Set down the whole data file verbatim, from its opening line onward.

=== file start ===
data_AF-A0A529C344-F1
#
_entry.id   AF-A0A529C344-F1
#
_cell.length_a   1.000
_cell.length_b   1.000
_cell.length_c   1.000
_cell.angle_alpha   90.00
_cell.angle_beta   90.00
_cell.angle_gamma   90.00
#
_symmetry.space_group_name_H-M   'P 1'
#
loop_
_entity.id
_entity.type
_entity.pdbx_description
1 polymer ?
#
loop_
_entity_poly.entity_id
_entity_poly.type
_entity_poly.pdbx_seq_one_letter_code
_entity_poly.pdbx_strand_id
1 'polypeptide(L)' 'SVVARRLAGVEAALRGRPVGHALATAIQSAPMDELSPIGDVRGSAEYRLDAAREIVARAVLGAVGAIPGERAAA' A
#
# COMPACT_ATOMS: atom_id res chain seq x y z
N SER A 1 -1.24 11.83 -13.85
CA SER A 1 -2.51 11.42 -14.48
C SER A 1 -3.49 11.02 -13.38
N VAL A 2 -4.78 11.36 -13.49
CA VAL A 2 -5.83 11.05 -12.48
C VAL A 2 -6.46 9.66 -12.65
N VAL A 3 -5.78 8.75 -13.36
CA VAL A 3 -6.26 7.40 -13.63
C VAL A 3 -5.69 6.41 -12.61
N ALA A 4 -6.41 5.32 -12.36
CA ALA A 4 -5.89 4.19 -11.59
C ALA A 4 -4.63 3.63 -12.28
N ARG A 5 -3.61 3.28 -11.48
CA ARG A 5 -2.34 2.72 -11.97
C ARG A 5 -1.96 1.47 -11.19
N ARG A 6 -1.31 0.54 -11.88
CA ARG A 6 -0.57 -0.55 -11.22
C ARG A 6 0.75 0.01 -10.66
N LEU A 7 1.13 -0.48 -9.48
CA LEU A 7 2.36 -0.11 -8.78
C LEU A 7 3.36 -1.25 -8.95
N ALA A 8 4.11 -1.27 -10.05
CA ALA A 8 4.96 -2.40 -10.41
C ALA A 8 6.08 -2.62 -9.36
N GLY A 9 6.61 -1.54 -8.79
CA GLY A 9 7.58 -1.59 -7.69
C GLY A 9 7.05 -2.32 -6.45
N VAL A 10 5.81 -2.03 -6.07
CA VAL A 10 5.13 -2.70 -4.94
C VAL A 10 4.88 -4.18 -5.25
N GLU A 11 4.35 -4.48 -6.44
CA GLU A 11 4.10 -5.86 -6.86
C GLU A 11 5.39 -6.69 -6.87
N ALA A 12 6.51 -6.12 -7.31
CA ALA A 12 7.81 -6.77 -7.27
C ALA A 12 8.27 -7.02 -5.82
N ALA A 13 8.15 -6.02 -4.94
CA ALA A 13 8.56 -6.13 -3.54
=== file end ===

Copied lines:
data_AF-A0A529C344-F1
#
_entry.id   AF-A0A529C344-F1
#
_cell.length_a   1.000
_cell.length_b   1.000
_cell.length_c   1.000
_cell.angle_alpha   90.00
_cell.angle_beta   90.00
_cell.angle_gamma   90.00
#
_symmetry.space_group_name_H-M   'P 1'
#
loop_
_entity.id
_entity.type
_entity.pdbx_description
1 polymer ?
#
loop_
_entity_poly.entity_id
_entity_poly.type
_entity_poly.pdbx_seq_one_letter_code
_entity_poly.pdbx_strand_id
1 'polypeptide(L)' 'SVVARRLAGVEAALRGRPVGHALATAIQSAPMDELSPIGDVRGSAEYRLDAAREIVARAVLGAVGAIPGERAAA' A
#
# COMPACT_ATOMS: atom_id res chain seq x y z
N SER A 1 -1.24 11.83 -13.85
CA SER A 1 -2.51 11.42 -14.48
C SER A 1 -3.49 11.02 -13.38
N VAL A 2 -4.78 11.36 -13.49
CA VAL A 2 -5.83 11.05 -12.48
C VAL A 2 -6.46 9.66 -12.65
N VAL A 3 -5.78 8.75 -13.36
CA VAL A 3 -6.26 7.40 -13.63
C VAL A 3 -5.69 6.41 -12.61
N ALA A 4 -6.41 5.32 -12.36
CA ALA A 4 -5.89 4.19 -11.59
C ALA A 4 -4.63 3.63 -12.28
N ARG A 5 -3.61 3.28 -11.48
CA ARG A 5 -2.34 2.72 -11.97
C ARG A 5 -1.96 1.47 -11.19
N ARG A 6 -1.31 0.54 -11.88
CA ARG A 6 -0.57 -0.55 -11.22
C ARG A 6 0.75 0.01 -10.66
N LEU A 7 1.13 -0.48 -9.48
CA LEU A 7 2.36 -0.11 -8.78
C LEU A 7 3.36 -1.25 -8.95
N ALA A 8 4.11 -1.27 -10.05
CA ALA A 8 4.96 -2.40 -10.41
C ALA A 8 6.08 -2.62 -9.36
N GLY A 9 6.61 -1.54 -8.79
CA GLY A 9 7.58 -1.59 -7.69
C GLY A 9 7.05 -2.32 -6.45
N VAL A 10 5.81 -2.03 -6.07
CA VAL A 10 5.13 -2.70 -4.94
C VAL A 10 4.88 -4.18 -5.25
N GLU A 11 4.35 -4.48 -6.44
CA GLU A 11 4.10 -5.86 -6.86
C GLU A 11 5.39 -6.69 -6.87
N ALA A 12 6.51 -6.12 -7.31
CA ALA A 12 7.81 -6.77 -7.27
C ALA A 12 8.27 -7.02 -5.82
N ALA A 13 8.15 -6.02 -4.94
CA ALA A 13 8.56 -6.13 -3.54